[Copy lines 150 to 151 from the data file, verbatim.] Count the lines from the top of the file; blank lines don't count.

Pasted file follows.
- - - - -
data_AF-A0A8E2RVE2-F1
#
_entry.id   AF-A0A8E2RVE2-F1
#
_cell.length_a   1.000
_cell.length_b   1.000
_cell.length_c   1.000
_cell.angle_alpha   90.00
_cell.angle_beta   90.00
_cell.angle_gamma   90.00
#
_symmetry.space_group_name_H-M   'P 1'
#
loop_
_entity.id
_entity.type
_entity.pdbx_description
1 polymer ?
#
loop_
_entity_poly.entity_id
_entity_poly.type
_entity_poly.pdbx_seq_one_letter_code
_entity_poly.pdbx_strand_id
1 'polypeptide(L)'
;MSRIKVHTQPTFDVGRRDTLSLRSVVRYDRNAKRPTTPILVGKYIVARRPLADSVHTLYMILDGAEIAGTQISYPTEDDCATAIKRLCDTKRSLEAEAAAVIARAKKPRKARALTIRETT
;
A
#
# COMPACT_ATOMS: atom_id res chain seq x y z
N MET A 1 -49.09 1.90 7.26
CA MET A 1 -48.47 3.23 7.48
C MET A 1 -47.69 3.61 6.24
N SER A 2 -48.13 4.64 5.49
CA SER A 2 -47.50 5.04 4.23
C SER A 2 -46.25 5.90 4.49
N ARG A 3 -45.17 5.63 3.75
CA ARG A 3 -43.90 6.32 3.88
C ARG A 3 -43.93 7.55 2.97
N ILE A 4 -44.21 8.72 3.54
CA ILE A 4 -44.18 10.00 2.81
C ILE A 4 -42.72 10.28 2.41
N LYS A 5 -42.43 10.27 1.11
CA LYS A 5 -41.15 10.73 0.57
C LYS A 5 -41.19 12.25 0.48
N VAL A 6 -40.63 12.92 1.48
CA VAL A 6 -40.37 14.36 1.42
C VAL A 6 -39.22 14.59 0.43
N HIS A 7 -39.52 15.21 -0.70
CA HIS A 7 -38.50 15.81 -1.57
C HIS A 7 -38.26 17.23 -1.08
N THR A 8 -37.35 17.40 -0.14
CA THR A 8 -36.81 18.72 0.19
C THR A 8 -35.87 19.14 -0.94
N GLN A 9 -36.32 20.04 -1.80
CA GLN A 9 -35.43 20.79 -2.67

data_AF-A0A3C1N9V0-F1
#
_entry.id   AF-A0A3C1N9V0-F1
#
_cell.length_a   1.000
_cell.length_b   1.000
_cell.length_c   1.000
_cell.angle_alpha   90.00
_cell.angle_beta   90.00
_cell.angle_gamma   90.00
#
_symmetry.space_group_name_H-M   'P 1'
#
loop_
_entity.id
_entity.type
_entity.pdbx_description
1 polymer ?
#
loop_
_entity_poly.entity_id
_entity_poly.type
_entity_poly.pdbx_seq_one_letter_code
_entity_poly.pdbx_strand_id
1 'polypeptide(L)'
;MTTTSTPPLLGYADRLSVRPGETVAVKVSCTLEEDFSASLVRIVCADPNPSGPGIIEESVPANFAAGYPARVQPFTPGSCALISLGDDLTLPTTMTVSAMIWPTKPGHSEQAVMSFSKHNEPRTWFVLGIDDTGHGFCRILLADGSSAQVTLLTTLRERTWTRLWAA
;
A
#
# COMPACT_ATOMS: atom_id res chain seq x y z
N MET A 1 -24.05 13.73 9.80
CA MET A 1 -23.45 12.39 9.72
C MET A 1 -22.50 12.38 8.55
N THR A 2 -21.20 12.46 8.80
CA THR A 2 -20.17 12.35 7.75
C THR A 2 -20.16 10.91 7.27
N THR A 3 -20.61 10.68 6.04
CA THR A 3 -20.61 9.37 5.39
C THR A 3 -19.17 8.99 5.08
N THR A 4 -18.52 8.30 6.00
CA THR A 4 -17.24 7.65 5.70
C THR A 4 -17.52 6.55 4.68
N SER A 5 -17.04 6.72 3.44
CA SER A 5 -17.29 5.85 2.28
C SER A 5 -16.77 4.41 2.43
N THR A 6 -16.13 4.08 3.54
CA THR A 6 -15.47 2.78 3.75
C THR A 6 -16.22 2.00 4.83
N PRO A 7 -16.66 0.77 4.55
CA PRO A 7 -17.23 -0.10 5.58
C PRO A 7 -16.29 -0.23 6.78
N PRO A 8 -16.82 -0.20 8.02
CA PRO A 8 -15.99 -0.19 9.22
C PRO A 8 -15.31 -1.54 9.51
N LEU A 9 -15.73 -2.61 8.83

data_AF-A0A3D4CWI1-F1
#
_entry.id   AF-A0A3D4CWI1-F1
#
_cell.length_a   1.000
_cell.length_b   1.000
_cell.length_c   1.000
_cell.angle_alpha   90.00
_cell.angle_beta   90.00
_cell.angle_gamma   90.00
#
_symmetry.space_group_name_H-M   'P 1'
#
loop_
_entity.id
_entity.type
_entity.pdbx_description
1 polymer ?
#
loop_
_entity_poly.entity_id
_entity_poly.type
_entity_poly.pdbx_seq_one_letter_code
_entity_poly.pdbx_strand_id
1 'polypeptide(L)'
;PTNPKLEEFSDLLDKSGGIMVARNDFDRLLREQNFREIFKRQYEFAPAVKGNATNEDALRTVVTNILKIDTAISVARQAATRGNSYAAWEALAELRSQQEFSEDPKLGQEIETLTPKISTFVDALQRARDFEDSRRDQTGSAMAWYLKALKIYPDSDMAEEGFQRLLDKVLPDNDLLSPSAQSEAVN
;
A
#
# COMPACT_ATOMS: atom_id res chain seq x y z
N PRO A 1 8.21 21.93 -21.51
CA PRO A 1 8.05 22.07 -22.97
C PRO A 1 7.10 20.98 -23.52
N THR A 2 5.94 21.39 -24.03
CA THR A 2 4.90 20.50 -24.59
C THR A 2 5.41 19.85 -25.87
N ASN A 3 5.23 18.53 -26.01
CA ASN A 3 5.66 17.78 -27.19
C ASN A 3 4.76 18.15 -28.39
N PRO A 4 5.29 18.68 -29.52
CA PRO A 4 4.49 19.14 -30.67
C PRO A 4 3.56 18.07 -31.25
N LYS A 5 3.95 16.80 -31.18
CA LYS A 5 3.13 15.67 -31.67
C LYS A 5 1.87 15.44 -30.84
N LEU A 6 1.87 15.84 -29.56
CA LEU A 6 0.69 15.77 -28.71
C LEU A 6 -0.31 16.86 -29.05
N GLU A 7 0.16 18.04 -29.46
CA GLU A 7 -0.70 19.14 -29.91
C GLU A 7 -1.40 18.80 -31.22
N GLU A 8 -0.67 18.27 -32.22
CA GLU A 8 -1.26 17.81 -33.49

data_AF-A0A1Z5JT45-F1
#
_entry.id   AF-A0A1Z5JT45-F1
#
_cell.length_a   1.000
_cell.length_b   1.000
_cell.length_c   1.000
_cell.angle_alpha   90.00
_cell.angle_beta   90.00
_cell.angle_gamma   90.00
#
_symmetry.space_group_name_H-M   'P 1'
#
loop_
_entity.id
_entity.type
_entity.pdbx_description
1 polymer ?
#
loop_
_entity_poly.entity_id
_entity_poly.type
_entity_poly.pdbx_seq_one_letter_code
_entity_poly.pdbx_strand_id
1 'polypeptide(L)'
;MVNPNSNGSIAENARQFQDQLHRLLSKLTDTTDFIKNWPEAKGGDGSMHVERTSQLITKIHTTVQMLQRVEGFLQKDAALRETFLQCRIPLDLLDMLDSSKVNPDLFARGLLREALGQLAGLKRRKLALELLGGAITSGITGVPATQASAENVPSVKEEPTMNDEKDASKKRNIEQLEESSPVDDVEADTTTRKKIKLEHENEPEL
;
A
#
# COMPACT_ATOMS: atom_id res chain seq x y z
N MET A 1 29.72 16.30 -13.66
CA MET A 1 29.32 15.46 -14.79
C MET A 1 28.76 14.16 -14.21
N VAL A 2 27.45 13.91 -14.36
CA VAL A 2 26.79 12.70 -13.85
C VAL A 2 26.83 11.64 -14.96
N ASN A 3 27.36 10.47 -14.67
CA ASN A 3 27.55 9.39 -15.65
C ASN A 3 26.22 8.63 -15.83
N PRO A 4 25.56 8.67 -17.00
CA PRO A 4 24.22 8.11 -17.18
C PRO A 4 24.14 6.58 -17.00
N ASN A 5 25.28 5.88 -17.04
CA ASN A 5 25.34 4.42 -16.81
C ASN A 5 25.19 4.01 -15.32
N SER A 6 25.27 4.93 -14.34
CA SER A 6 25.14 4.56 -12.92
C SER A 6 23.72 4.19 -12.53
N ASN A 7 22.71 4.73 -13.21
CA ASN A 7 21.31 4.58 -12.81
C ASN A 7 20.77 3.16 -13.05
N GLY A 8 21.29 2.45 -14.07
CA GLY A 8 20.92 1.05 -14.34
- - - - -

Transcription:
C ASN A 3 4.76 18.15 -28.39
N PRO A 4 5.29 18.68 -29.52